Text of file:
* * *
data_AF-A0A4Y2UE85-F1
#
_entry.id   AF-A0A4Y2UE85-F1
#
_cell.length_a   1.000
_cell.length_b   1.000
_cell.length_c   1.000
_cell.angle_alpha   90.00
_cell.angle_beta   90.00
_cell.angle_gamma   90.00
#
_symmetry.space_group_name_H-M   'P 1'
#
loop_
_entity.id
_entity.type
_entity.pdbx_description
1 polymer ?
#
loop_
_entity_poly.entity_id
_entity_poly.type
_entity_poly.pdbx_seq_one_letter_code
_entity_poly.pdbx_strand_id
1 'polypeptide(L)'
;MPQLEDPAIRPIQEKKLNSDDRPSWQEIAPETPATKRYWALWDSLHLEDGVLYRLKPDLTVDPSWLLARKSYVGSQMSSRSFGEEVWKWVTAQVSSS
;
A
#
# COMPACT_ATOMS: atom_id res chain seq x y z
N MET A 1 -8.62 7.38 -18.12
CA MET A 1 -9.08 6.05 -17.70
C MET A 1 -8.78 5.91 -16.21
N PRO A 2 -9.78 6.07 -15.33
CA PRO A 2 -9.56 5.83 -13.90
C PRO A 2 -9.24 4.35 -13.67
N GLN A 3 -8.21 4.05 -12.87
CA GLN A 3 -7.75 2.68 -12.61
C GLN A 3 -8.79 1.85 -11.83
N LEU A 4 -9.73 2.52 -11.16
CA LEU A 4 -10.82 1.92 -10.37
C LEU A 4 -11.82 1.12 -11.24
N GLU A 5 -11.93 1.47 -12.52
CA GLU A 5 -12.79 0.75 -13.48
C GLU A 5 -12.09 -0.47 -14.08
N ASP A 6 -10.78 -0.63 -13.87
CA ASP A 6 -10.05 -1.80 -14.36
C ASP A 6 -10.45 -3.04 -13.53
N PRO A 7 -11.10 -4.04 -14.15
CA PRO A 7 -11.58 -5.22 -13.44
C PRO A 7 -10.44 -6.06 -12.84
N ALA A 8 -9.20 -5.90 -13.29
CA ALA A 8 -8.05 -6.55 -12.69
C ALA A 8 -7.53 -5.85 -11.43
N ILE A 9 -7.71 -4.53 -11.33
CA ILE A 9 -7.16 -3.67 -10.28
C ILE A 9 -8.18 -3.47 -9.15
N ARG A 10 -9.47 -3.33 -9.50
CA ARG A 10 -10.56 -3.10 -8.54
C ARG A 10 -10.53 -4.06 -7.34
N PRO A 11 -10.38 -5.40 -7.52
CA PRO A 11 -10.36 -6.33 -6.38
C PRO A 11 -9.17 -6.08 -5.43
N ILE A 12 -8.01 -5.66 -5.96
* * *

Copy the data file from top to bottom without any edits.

data_AF-A0A4Y2UE85-F1
#
_entry.id   AF-A0A4Y2UE85-F1
#
_cell.length_a   1.000
_cell.length_b   1.000
_cell.length_c   1.000
_cell.angle_alpha   90.00
_cell.angle_beta   90.00
_cell.angle_gamma   90.00
#
_symmetry.space_group_name_H-M   'P 1'
#
loop_
_entity.id
_entity.type
_entity.pdbx_description
1 polymer ?
#
loop_
_entity_poly.entity_id
_entity_poly.type
_entity_poly.pdbx_seq_one_letter_code
_entity_poly.pdbx_strand_id
1 'polypeptide(L)'
;MPQLEDPAIRPIQEKKLNSDDRPSWQEIAPETPATKRYWALWDSLHLEDGVLYRLKPDLTVDPSWLLARKSYVGSQMSSRSFGEEVWKWVTAQVSSS
;
A
#
# COMPACT_ATOMS: atom_id res chain seq x y z
N MET A 1 -8.62 7.38 -18.12
CA MET A 1 -9.08 6.05 -17.70
C MET A 1 -8.78 5.91 -16.21
N PRO A 2 -9.78 6.07 -15.33
CA PRO A 2 -9.56 5.83 -13.90
C PRO A 2 -9.24 4.35 -13.67
N GLN A 3 -8.21 4.05 -12.87
CA GLN A 3 -7.75 2.68 -12.61
C GLN A 3 -8.79 1.85 -11.83
N LEU A 4 -9.73 2.52 -11.16
CA LEU A 4 -10.82 1.92 -10.37
C LEU A 4 -11.82 1.12 -11.24
N GLU A 5 -11.93 1.47 -12.52
CA GLU A 5 -12.79 0.75 -13.48
C GLU A 5 -12.09 -0.47 -14.08
N ASP A 6 -10.78 -0.63 -13.87
CA ASP A 6 -10.05 -1.80 -14.36
C ASP A 6 -10.45 -3.04 -13.53
N PRO A 7 -11.10 -4.04 -14.15
CA PRO A 7 -11.58 -5.22 -13.44
C PRO A 7 -10.44 -6.06 -12.84
N ALA A 8 -9.20 -5.90 -13.29
CA ALA A 8 -8.05 -6.55 -12.69
C ALA A 8 -7.53 -5.85 -11.43
N ILE A 9 -7.71 -4.53 -11.33
CA ILE A 9 -7.16 -3.67 -10.28
C ILE A 9 -8.18 -3.47 -9.15
N ARG A 10 -9.47 -3.33 -9.50
CA ARG A 10 -10.56 -3.10 -8.54
C ARG A 10 -10.53 -4.06 -7.34
N PRO A 11 -10.38 -5.40 -7.52
CA PRO A 11 -10.36 -6.33 -6.38
C PRO A 11 -9.17 -6.08 -5.43
N ILE A 12 -8.01 -5.66 -5.96